May is American Stroke Month- Let’s Get Back to the Basics |

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May is American Stroke Month- Let’s Get Back to the Basics
May is American Stroke Month- Let’s Get Back to the Basics

 

About 795,000 Americans will have a new or recurrent stroke this year, and more than 137,000 of them will die. Stroke is the No. 4 cause of death among Americans. Stroke is the leading cause of serious, long-term disability. But, do you really know what a stroke is?

 Almost half of Americans can’t even name one stroke warning sign. May is American Stroke Month so let’s get back to the basics on what a stroke is, prevention and what to do if you notice signs of a stroke. “It is important to know and understand a stroke so you know how you can prevent stroke or react in an emergency,” says Dr. Ravi Yarlagadda, Neurologist , St. Vincent’s Spine & Brain Institute. Stroke is a type of cardiovascular disease that affects the arteries leading to and within the brain. A stroke occurs when a blood vessel that carries oxygen to the brain is either blocked by a clot or bursts. When that happens, part of the brain can’t get the blood (and oxygen) it needs. Brain tissue then starts to die. When part of the brain dies from lack of blood flow, the part of the body it controls is affected. Strokes can cause paralysis, affect language and vision, and cause other problems. There are two types of strokes. Clots that block an artery cause ischemic strokes. This is most common type of stroke, accounting for about 87%. The other kind of stroke is caused by ruptured blood vessels. This is called a hemorrhagic or bleeding stroke. With this kind of stroke, blood spills into the brain tissue. The good news is that stroke is largely preventable. The first step in prevention is to understand your risk factors and modify your personal choices and lifestyle to be more heart healthy. A risk factor is a behavior or characteristic that increases your chance of stroke. “Because there are risk factors you can’t control such as  increasing age, gender, heredity and race or the history of a prior stroke, it is even more important to focus on the ones you can,” says Yarlagadda. “Controllable risk factors include high blood pressure, cigarette smoking, excessive drinking, illegal drug use,  high cholesterol, lack of physical activity, obesity and diabetes.”

When it comes to a stroke, every second counts. The signs or symptoms of a stroke appear suddenly. Knowing these warning signs may help save a life:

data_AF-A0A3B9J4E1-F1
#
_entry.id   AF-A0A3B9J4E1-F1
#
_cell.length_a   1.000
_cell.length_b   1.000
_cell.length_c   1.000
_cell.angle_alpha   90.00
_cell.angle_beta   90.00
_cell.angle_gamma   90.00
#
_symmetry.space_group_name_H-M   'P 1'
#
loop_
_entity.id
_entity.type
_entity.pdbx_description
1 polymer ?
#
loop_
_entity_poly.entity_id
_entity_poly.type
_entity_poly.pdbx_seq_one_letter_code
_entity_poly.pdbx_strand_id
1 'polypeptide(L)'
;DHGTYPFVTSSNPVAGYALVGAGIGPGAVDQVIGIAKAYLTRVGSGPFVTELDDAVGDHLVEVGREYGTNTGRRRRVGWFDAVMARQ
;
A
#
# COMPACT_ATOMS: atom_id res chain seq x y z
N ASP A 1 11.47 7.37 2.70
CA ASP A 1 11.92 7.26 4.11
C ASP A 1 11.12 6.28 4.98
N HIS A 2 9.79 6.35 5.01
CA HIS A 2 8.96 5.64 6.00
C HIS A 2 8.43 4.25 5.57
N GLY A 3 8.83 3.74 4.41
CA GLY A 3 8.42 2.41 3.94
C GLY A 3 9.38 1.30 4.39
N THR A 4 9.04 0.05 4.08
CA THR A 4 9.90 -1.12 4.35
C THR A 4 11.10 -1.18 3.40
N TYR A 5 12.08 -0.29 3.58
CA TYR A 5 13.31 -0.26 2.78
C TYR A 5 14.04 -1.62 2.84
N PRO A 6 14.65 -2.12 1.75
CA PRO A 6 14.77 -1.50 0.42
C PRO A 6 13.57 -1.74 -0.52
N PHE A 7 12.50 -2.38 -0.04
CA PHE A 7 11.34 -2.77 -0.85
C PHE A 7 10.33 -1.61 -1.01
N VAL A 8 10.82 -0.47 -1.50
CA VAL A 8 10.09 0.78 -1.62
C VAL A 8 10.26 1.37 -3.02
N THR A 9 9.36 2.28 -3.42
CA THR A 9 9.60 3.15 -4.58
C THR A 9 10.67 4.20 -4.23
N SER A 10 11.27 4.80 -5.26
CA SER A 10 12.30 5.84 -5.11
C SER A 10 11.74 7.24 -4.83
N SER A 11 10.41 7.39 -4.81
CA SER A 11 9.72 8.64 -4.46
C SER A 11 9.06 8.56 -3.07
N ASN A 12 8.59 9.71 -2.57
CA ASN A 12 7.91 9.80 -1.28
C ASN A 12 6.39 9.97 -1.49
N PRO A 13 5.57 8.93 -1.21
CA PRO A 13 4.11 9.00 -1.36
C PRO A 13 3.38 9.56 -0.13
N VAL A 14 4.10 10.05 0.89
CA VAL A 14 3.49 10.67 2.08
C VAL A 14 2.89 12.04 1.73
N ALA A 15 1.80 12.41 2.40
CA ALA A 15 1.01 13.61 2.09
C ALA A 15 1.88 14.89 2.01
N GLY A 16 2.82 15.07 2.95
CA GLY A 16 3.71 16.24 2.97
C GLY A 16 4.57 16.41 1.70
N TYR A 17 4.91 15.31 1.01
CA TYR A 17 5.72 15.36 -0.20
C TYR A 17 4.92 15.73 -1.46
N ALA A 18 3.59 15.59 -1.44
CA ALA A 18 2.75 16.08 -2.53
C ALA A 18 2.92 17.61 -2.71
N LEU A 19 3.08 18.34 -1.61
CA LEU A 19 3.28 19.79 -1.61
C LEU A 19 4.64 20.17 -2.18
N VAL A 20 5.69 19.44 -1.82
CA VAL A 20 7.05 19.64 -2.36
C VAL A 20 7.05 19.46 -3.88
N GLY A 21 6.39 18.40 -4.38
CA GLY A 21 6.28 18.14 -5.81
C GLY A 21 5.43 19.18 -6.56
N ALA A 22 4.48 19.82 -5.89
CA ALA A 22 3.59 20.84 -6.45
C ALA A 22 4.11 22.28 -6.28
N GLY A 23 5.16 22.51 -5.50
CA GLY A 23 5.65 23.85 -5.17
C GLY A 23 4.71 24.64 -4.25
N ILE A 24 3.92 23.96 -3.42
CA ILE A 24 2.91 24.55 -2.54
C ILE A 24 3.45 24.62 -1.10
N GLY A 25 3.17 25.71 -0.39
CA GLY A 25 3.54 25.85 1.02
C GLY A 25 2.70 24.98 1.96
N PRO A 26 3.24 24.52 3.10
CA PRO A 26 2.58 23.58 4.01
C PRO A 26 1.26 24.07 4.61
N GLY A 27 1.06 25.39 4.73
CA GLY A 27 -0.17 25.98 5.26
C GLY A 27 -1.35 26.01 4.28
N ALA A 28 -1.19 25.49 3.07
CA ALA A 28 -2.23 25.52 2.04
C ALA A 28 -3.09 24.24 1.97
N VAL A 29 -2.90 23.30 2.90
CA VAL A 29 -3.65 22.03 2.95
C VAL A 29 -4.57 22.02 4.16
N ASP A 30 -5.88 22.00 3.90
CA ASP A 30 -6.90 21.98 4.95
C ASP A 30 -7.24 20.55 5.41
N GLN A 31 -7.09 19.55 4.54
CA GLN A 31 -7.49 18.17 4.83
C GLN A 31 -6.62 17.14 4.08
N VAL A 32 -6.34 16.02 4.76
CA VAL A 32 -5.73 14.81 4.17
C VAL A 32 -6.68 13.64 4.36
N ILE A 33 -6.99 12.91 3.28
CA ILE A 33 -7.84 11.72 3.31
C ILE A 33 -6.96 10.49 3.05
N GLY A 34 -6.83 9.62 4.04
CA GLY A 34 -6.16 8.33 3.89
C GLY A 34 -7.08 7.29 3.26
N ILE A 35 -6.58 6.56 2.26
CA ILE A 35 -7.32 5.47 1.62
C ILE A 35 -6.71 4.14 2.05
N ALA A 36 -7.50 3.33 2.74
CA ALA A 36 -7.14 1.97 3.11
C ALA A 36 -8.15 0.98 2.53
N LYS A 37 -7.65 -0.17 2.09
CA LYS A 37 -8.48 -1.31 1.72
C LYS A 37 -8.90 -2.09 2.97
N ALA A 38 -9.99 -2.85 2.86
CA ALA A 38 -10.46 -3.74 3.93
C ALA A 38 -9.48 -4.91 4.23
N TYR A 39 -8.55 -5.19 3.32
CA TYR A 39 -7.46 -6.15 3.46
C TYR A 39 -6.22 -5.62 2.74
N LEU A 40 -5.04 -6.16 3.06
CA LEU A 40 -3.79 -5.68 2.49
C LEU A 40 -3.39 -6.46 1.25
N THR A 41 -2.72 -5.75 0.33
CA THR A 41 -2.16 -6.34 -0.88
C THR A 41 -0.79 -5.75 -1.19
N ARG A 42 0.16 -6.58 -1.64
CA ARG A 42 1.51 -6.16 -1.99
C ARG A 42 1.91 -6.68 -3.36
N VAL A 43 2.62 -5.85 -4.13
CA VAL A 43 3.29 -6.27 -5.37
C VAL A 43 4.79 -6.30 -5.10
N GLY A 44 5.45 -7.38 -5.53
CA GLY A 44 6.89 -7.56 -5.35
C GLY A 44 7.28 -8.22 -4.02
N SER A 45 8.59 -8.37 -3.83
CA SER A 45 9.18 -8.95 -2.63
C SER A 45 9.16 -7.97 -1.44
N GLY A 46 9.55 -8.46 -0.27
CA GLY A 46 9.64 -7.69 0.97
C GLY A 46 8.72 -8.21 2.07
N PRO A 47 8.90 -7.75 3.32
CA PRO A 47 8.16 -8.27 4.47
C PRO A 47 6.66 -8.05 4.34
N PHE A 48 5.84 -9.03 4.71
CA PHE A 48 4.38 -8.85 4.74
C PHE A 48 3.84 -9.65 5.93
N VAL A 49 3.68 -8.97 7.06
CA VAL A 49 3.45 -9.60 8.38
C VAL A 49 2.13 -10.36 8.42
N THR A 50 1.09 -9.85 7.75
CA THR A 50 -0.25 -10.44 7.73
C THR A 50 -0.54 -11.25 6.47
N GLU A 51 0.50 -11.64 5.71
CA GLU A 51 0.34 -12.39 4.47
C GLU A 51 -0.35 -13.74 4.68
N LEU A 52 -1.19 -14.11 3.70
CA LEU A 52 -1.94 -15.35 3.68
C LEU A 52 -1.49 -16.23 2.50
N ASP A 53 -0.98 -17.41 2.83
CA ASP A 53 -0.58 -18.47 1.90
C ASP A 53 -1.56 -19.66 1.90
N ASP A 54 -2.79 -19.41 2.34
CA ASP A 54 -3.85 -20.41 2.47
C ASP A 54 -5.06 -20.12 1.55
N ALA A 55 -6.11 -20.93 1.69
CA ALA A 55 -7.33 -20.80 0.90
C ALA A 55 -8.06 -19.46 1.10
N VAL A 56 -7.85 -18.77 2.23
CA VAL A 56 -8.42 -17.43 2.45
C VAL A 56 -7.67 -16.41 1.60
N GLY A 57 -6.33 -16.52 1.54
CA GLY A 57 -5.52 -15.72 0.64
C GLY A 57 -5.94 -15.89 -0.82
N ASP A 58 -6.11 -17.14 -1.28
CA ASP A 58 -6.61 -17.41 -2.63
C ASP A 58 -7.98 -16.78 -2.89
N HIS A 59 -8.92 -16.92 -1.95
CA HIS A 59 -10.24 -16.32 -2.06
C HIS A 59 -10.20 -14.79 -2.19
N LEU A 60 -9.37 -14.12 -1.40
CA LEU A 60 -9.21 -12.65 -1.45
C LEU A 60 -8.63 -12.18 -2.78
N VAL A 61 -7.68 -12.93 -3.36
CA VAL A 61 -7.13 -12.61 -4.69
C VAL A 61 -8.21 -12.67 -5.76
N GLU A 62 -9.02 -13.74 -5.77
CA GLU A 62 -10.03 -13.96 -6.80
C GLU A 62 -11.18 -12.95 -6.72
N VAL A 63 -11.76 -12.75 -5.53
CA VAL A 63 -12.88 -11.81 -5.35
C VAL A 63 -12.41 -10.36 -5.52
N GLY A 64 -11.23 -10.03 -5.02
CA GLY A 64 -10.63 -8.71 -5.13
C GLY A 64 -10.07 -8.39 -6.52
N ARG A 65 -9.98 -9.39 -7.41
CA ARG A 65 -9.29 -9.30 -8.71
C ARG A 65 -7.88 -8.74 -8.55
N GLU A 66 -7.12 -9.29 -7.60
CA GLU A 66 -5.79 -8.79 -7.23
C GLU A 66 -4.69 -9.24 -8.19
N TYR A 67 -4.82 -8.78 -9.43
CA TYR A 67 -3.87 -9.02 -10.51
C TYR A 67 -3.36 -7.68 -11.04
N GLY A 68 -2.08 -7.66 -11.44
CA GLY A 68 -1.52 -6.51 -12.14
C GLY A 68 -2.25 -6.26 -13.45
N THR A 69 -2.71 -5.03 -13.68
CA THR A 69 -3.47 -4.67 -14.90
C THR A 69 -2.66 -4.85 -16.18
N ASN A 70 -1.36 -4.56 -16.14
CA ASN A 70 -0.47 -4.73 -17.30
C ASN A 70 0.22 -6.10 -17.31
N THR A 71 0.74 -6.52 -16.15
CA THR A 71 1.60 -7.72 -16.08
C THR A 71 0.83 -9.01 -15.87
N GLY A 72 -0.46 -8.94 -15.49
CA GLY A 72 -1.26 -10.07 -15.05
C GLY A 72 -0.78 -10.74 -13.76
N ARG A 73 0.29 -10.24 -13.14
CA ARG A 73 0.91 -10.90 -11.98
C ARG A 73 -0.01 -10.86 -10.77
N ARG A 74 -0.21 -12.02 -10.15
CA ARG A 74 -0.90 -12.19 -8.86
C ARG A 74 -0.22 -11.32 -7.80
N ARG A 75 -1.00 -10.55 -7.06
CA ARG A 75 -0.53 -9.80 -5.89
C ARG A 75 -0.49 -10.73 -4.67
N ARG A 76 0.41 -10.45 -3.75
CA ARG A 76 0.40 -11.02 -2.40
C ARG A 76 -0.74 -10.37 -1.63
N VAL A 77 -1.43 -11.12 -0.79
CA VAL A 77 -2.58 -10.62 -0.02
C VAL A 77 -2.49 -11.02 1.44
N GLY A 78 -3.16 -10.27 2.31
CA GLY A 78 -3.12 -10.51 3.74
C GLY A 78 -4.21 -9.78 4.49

• Sudden numbness or weakness of the face, arm or leg, especially on one side of the body
  • Sudden confusion, trouble speaking or understanding
  • Sudden trouble seeing in one or both eyes
  • Sudden, severe headache with no known cause

Not every person having a stroke will have all the signs or symptoms . If you recognize the warning signs of a stroke act quickly. Stroke is a medical emergency. Every second counts! Respond by calling 9-1-1 immediately if you or someone close to you is having warning signs of stroke. Then check the time. When did the first symptom start? You'll be asked this important question later.

In the past, doctors couldn't do much to help stroke victims. That's not true today. Now having a stroke doesn't have to lead to disability or death. The key is to recognize a stroke and get to the hospital immediately. The clot-dissolving drug tPA (tissue plasminogen activator) can reduce long-term disability if it's given within 4.5 hours after an ischemic stroke starts.

Unfortunately, tPA isn't used as often as it could be because many people don't seek care quickly. Don't make that mistake. If you or someone near you have the warning signs of a stroke, call 9-1-1 immediately.

Take control of your heart health in order to lead a stronger, longer and healthier life. For more information on stroke visit the American Heart Association at PowerToEndStroke.org.

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About the American Heart Association-First Coast Market

The American Heart Association-First Coast Market drives cardiovascular and stroke research — from prevention to treatment — to enable Americans, at all ages, to establish good heart-health habits to prevent cardiovascular disease in their lives, or to improve their quality of life if they have heart disease or stroke. We engage the community and donors through our 3 key initiatives, the Heart Walk, Heart Ball, and Go Red For Women, by providing education and funding opportunities that pave the way for tomorrow’s lifesaving medical innovations which will lead to improved cardiovascular health for the people of Jacksonville and across the country.

 

 

 

 

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